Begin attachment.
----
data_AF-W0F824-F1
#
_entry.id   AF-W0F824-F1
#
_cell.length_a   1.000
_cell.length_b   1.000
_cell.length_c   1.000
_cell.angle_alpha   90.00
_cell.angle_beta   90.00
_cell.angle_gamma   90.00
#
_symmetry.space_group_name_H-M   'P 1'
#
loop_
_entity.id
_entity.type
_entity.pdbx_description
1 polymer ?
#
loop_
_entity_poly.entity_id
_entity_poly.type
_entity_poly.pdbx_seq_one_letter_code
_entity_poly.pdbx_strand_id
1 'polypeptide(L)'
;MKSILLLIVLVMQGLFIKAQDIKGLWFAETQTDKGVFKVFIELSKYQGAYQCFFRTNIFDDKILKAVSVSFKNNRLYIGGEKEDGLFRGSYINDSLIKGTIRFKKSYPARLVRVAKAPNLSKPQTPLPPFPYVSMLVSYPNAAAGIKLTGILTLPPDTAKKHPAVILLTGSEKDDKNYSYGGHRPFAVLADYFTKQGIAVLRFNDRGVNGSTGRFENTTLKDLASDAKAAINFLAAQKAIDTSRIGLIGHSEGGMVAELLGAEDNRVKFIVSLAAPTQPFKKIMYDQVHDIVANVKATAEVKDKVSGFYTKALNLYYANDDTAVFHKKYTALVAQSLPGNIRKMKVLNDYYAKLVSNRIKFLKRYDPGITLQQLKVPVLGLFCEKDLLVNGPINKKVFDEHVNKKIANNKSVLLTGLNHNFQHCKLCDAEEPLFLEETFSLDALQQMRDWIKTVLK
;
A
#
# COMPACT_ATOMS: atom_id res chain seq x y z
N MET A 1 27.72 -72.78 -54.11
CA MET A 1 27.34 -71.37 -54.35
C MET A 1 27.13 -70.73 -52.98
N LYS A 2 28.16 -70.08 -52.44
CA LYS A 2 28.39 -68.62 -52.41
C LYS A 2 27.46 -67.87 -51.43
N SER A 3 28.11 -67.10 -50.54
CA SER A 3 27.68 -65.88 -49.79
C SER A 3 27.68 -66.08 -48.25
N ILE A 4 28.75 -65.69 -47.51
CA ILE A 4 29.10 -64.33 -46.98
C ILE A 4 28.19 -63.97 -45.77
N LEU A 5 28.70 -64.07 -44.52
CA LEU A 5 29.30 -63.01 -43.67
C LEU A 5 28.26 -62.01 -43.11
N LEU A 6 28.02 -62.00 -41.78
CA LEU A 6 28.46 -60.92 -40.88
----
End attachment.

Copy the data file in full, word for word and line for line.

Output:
data_AF-W0F824-F1
#
_entry.id   AF-W0F824-F1
#
_cell.length_a   1.000
_cell.length_b   1.000
_cell.length_c   1.000
_cell.angle_alpha   90.00
_cell.angle_beta   90.00
_cell.angle_gamma   90.00
#
_symmetry.space_group_name_H-M   'P 1'
#
loop_
_entity.id
_entity.type
_entity.pdbx_description
1 polymer ?
#
loop_
_entity_poly.entity_id
_entity_poly.type
_entity_poly.pdbx_seq_one_letter_code
_entity_poly.pdbx_strand_id
1 'polypeptide(L)'
;MKSILLLIVLVMQGLFIKAQDIKGLWFAETQTDKGVFKVFIELSKYQGAYQCFFRTNIFDDKILKAVSVSFKNNRLYIGGEKEDGLFRGSYINDSLIKGTIRFKKSYPARLVRVAKAPNLSKPQTPLPPFPYVSMLVSYPNAAAGIKLTGILTLPPDTAKKHPAVILLTGSEKDDKNYSYGGHRPFAVLADYFTKQGIAVLRFNDRGVNGSTGRFENTTLKDLASDAKAAINFLAAQKAIDTSRIGLIGHSEGGMVAELLGAEDNRVKFIVSLAAPTQPFKKIMYDQVHDIVANVKATAEVKDKVSGFYTKALNLYYANDDTAVFHKKYTALVAQSLPGNIRKMKVLNDYYAKLVSNRIKFLKRYDPGITLQQLKVPVLGLFCEKDLLVNGPINKKVFDEHVNKKIANNKSVLLTGLNHNFQHCKLCDAEEPLFLEETFSLDALQQMRDWIKTVLK
;
A
#
# COMPACT_ATOMS: atom_id res chain seq x y z
N MET A 1 27.72 -72.78 -54.11
CA MET A 1 27.34 -71.37 -54.35
C MET A 1 27.13 -70.73 -52.98
N LYS A 2 28.16 -70.08 -52.44
CA LYS A 2 28.39 -68.62 -52.41
C LYS A 2 27.46 -67.87 -51.43
N SER A 3 28.11 -67.10 -50.54
CA SER A 3 27.68 -65.88 -49.79
C SER A 3 27.68 -66.08 -48.25
N ILE A 4 28.75 -65.69 -47.51
CA ILE A 4 29.10 -64.33 -46.98
C ILE A 4 28.19 -63.97 -45.77
N LEU A 5 28.70 -64.07 -44.52
CA LEU A 5 29.30 -63.01 -43.67
C LEU A 5 28.26 -62.01 -43.11
N LEU A 6 28.02 -62.00 -41.78
CA LEU A 6 28.46 -60.92 -40.88